Much of this water flow is through saw grass plains that are seen in the photos above. Driving down the Tamiami Trail through these plains, we seen large wading birds congregating at small ponds and nesting in far off stands of pines and bald cypress.

My favorite experiences are traveling through the cypress swamps to find birds fishing in the shallow water and seeing alligators sunning themselves. You should know that I enjoy being somewhat close to the alligators in the winter months when they are in semi-hibernation; not that hungry nor eager to attack. In any case, I understand that Alligators have the power to cause damage to my body.

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We saw several birds but this one was one I wasn’t familiar with and was in the process of communicating sweet nothings with a potential mate a ways away. When I processed the photos I realized that we saw two different birds. I think it is a Least Bitten heron, and maybe the one on the left is an adolescent.

Here is the one on the right with the mating plumage down.

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We also saw the green heron on the left and many black vultures (right).

As we were nearing the end of the Janes Scenic Drive, we could see storm clouds building on the horizon and it started to sprinkle a little.

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Fall in the Everglades

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Egret fishing from a sunbeam.

Daughter, Sharon, was visiting from Texas last week and one of the things she wanted to do was visit the Everglades. I have traveled the Southern Loop Road, a 26 mile loop of narrow dirt road through the Big Cyprus Preserve, many times in the peak winter months when it is cooler and water levels are low.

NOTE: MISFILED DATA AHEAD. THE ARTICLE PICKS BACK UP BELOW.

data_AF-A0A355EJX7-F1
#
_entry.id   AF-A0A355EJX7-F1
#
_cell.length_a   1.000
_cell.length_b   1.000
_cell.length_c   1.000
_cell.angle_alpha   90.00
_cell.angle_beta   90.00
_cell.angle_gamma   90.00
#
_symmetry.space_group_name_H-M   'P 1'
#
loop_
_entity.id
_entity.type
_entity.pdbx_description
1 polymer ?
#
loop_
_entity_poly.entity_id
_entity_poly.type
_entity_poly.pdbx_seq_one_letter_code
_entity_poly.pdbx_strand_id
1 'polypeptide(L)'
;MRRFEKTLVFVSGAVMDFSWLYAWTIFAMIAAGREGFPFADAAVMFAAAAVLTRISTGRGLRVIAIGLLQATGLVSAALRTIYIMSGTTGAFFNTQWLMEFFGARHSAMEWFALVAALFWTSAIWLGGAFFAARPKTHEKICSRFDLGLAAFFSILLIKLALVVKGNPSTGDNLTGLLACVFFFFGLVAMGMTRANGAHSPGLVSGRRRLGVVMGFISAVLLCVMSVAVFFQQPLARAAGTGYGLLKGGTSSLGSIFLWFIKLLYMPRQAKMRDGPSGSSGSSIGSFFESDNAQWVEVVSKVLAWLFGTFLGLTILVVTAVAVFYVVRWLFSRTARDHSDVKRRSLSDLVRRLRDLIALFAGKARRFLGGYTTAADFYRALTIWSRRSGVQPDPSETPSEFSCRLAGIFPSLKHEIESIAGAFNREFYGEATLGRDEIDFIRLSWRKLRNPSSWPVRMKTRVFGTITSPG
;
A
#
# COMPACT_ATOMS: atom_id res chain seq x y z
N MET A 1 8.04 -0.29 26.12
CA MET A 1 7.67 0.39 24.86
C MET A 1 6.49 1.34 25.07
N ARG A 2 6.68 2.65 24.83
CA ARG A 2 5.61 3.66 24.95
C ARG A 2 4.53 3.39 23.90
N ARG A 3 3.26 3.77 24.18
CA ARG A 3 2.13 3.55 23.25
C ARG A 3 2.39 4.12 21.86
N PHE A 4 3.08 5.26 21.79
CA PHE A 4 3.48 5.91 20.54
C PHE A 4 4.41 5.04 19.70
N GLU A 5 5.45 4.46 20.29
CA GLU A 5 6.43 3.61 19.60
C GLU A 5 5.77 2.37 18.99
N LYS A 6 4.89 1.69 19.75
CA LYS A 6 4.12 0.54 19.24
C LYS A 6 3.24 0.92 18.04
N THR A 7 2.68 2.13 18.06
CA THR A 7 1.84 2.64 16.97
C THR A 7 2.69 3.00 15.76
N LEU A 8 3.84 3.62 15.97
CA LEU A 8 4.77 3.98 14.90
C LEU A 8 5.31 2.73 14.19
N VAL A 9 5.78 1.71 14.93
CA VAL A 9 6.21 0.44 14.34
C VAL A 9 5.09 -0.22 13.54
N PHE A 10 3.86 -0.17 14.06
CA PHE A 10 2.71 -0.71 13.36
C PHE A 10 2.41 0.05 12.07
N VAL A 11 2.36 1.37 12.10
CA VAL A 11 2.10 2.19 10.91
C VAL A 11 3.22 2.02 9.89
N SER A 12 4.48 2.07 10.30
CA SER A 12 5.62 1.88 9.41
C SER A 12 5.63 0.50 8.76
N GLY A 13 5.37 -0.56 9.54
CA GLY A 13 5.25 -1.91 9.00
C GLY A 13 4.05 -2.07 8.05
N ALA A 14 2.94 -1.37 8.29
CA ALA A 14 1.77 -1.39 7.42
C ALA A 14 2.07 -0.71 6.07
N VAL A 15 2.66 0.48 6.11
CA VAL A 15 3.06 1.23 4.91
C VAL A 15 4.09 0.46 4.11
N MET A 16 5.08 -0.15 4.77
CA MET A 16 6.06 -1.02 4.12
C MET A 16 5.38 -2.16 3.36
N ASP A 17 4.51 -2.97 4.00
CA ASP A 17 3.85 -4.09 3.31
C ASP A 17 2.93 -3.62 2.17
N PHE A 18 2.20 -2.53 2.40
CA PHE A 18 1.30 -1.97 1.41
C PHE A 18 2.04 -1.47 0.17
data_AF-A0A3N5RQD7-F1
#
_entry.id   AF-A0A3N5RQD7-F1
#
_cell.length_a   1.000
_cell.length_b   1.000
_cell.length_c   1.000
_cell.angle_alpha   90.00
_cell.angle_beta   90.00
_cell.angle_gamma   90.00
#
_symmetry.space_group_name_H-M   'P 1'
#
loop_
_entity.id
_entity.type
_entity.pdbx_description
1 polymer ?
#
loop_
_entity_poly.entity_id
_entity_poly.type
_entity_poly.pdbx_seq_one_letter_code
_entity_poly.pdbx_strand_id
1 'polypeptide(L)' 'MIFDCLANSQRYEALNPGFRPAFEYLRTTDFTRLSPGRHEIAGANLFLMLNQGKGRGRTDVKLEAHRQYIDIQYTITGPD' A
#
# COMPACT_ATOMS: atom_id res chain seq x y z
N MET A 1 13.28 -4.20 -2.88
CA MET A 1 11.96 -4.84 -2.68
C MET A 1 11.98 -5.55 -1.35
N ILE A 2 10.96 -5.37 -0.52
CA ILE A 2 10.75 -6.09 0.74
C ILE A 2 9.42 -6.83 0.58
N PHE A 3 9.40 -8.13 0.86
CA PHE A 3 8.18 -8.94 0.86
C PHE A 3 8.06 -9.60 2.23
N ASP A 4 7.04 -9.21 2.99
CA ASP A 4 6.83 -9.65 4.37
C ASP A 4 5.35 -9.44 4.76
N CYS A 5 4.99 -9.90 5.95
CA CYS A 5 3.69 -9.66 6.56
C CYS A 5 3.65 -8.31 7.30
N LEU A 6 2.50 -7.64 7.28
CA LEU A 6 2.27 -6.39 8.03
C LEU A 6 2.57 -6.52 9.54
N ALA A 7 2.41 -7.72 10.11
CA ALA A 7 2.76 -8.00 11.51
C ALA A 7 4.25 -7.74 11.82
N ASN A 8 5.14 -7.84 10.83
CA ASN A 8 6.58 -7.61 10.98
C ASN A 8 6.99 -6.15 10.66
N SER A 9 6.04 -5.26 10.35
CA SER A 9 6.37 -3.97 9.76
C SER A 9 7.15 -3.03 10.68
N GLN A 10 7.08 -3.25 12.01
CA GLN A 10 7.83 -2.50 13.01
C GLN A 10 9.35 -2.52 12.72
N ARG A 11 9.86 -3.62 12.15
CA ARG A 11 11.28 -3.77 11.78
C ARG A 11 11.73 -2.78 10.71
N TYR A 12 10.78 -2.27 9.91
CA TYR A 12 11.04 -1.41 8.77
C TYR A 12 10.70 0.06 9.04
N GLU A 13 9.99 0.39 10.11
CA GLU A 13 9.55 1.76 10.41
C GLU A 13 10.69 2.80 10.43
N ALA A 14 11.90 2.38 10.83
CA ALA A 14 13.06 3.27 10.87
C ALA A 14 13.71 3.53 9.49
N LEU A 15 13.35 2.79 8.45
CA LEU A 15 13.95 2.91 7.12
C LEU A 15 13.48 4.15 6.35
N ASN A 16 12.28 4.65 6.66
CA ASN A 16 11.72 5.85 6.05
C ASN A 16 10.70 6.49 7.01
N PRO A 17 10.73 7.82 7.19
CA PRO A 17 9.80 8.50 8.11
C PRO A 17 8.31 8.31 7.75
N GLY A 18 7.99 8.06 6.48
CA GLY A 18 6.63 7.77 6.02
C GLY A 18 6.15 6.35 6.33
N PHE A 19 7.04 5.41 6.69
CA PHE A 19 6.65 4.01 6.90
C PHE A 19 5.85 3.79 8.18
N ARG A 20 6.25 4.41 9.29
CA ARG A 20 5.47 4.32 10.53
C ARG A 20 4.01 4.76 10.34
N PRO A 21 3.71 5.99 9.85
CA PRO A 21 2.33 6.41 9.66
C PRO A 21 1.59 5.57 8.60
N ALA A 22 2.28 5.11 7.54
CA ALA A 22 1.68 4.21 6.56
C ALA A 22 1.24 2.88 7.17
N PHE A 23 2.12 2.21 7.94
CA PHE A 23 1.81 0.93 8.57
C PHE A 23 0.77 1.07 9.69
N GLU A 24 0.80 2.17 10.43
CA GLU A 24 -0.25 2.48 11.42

I didn’t have any photos on file from October or November so I was a little concerned about whether there would be birds and alligators in the water close to the road for Sharon to enjoy.

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When we stopped at the first (last) stop with facilities, several vultures were in the trees welcoming us. Or did they detect the smell of old age?

As we drove deeper into the everglades, the first thing I noticed was higher water. If the road hadn’t been well built we would have had to have kayaks. The higher water levels provided beautiful water-scapes of foliage

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In an environment where I don’t detect any dramatic change of seasons, the plants in the high water provided color.

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.And there were a few birds but not as many as I normally see. The high water provides good fishing throughout most of the everglades. We heard lots of splashing and thrashing about in the brush – just out of view. It was kind of eerie in the daylight, what would my imagination do at night?

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Heron

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Ibis high in a tree. It surprises me to see big birds up so high.

We didn’t see any alligators sunning themselves along the road but this was to be expected because it has been hot, with very warm nights. The alligators were keeping cool in the water. At several places Sharon would say she saw an alligator, but then question whether it was a floating log. Some were real because they sank underwater when she opened the car door.

That happened in one spot and we were all sure because we could see the ring of bubbles where the alligator had dove deep. We were feeling a bit pleased with the sight when she noticed babies in the water – about 20 of them. We didn’t get too close because we knew Mama was somewhere very close keeping an eye on us – and we knew she would strike if we reached down to pick one up (also not a good idea because I understand alligators are hatched biting and fighting.

20151111-DSC_0056Sharon was very pleased with her excursion deep into the Everglades and we ended the day by sharing a gaterburger and gater nuggets in Everglades City. And for me, going into this untamed piece of the Glades never grows old because it isn’t staged. I get to see how nature unfolds it’s story for the first time, all over again.